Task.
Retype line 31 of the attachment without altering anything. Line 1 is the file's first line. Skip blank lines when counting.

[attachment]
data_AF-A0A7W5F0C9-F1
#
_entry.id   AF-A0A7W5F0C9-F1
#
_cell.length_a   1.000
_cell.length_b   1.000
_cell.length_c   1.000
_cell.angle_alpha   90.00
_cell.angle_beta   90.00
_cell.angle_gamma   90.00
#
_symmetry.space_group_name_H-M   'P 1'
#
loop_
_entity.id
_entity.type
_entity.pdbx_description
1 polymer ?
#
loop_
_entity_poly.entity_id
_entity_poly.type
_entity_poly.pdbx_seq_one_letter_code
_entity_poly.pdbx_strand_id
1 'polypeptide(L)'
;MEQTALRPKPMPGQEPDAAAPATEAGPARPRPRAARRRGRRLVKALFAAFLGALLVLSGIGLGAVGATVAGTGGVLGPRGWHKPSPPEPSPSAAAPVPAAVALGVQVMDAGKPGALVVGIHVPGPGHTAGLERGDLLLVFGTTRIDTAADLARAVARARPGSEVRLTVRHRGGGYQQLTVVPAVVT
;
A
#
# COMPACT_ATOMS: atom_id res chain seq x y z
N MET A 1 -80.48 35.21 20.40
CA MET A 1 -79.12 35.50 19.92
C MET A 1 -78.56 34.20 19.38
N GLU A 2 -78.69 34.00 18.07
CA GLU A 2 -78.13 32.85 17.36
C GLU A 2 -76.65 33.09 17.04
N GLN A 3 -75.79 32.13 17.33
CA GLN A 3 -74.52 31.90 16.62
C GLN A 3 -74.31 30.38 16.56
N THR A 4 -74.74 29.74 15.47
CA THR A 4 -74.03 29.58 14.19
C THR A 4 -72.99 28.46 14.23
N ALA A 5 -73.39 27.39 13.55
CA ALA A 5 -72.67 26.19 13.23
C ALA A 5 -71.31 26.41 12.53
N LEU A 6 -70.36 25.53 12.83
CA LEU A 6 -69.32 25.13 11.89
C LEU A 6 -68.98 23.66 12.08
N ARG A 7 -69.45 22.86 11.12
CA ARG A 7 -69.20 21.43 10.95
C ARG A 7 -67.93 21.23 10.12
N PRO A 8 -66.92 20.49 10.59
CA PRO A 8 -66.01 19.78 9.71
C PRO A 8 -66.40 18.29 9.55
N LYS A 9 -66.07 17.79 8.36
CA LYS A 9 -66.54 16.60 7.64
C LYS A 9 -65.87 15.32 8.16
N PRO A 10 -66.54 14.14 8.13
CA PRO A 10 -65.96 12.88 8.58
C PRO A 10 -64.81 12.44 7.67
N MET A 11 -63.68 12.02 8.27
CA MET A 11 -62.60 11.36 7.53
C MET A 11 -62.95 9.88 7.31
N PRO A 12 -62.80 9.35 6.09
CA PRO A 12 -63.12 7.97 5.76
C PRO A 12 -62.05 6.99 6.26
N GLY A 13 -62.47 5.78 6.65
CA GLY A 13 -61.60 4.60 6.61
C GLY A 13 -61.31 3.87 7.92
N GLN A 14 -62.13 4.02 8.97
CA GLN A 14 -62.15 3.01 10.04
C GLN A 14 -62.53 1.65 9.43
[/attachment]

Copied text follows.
N MET A 1 -80.48 35.21 20.40